Will China continue the downtrend in dairy demand?

Tuesday, 11 April 2023

China plays a vital role in setting price direction on global dairy markets. During recent times, they have been buying less amid high imports in 2021 and comfortable domestic milk supplies.

Farmgate milk prices have been declining in recent months in response to weaker global market prices. While milk production has improved, the reduction in demand has been more instrumental in driving down market prices. So what is the outlook for China’s import demand this year?

Historically there has been a strong relationship between China’s economic growth (as measured by GDP per capita) and its level of dairy imports. So much so, that comparing the two trends can give an indication of expected imports and potential risks around stock building.

Following heightened import volumes in 2021 to ensure food security, imports fell by around 19% in 2022. The drop was in part a response to the high stock levels, but will also have been impacted by China’s zero-Covid policy, low GDP growth, and lower consumer spending on the back of high prices .

All products saw lower imports in 2022, although for most, import volumes were similar or slightly above 2020 levels. Butter was an exception showing marginal increase compared to previous year. The products recording the largest year on year decline in 2022 were liquid milk & cream and whey products.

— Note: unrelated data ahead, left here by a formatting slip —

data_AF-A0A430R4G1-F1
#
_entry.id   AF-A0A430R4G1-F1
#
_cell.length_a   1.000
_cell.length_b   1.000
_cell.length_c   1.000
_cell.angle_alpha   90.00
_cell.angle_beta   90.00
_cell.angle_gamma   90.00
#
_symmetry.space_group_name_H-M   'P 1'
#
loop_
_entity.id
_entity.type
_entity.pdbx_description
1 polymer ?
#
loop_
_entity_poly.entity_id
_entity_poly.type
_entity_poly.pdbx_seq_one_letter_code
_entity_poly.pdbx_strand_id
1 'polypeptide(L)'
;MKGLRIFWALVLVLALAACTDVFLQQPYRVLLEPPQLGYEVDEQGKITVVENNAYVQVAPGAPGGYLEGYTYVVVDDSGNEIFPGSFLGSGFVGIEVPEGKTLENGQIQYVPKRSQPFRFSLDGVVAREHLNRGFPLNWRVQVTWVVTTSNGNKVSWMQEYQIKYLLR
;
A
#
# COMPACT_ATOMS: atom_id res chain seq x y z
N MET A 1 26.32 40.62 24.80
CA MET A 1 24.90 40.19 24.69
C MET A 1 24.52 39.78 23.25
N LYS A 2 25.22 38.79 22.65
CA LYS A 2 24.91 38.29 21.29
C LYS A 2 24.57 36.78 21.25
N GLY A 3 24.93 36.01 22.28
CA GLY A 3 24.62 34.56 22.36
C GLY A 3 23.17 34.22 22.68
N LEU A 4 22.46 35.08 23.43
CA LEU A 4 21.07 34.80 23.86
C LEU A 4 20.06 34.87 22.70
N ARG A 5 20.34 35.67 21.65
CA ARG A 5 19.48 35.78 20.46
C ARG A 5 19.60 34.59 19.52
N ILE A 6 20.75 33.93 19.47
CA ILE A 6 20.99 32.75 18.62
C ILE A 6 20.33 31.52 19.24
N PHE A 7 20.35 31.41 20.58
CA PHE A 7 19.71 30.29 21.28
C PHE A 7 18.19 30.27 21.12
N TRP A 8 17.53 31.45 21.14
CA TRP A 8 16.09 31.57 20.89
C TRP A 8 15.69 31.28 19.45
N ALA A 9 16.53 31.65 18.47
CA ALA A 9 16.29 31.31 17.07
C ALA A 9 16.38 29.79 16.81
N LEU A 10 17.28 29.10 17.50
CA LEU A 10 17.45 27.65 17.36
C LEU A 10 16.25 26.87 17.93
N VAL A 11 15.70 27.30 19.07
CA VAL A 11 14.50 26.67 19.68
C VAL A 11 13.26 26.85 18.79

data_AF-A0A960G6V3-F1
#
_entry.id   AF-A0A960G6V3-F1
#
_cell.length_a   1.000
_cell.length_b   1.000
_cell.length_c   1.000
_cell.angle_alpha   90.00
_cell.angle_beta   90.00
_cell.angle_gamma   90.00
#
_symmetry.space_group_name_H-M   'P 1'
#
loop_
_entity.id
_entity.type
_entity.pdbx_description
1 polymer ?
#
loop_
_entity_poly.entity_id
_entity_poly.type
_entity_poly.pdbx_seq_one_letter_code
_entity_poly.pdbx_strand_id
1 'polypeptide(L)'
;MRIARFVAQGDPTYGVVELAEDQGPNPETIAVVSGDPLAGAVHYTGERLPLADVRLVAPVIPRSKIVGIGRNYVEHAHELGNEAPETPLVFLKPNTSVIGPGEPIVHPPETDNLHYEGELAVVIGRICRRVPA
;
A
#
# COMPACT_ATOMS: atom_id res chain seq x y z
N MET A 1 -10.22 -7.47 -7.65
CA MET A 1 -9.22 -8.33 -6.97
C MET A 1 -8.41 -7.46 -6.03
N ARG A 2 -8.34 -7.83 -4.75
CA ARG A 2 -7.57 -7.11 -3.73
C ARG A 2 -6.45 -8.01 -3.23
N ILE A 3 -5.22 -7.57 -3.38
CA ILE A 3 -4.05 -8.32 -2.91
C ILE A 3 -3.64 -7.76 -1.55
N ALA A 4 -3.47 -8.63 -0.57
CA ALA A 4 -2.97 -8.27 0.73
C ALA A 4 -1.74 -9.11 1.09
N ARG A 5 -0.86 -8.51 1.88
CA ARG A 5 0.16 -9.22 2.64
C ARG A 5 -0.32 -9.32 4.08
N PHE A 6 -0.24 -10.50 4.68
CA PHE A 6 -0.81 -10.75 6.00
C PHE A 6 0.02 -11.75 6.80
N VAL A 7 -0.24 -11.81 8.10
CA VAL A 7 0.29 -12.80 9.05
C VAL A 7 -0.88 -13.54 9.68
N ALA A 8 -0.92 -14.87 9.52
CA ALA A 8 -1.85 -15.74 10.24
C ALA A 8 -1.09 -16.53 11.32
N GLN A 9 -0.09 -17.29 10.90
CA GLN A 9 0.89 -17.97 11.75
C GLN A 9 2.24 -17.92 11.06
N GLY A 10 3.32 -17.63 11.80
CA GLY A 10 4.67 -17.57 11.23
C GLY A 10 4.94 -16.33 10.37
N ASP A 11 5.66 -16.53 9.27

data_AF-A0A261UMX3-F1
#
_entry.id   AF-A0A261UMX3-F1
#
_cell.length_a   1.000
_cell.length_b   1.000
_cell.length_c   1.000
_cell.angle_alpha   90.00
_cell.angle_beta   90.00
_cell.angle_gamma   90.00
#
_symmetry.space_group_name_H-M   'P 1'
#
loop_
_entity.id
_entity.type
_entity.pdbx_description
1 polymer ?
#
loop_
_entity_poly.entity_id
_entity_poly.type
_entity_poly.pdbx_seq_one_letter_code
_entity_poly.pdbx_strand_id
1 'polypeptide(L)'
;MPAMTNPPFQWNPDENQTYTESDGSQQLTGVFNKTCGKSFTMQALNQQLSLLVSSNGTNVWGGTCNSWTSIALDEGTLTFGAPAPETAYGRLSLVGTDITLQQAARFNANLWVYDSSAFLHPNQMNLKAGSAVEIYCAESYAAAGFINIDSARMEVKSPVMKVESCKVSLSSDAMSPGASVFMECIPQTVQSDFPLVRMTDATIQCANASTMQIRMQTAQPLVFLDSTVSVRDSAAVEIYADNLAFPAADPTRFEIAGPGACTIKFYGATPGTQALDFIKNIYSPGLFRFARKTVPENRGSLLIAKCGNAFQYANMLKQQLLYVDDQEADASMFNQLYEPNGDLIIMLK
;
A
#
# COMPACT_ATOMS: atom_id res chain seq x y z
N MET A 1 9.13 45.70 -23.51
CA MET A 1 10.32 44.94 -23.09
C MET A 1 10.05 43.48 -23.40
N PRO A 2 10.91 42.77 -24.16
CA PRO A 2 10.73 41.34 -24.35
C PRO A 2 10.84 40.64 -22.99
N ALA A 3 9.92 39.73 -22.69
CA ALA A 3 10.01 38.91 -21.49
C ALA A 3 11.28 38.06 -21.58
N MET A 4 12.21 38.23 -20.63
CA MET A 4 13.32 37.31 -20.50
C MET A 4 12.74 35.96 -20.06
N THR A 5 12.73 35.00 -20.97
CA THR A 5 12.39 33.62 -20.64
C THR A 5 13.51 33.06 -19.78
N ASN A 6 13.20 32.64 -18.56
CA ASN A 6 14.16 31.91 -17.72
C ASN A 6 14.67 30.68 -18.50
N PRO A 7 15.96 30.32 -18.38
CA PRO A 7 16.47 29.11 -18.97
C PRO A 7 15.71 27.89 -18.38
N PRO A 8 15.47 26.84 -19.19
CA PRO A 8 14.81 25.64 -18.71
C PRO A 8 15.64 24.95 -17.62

China import volume dairy

Is the downtrend likely to continue?

Based on predicted economic growth[1] of 4.5% for 2023 and 2024, import volumes would be expected to increase by around 6.7% per year. While imports in the first two months remain below previous year levels, it is expected that demand will recover through the year, pulling up import demand.

Graph showing chinese import

There are of course, other factors which could impact on import volumes going forward. As stocks dissipate through the year, imports are likely to improve. In addition, as consumers return to pre-Covid habits, per capita consumption may return to growth helping to bolster import requirements. However, the upside could be curtailed if milk production shows good growth and consumer spending is weak.


[1] International Monetary Fund GDP projections

Image of staff member Soumya Behera

Soumya Behera

Senior Analyst (Dairy)

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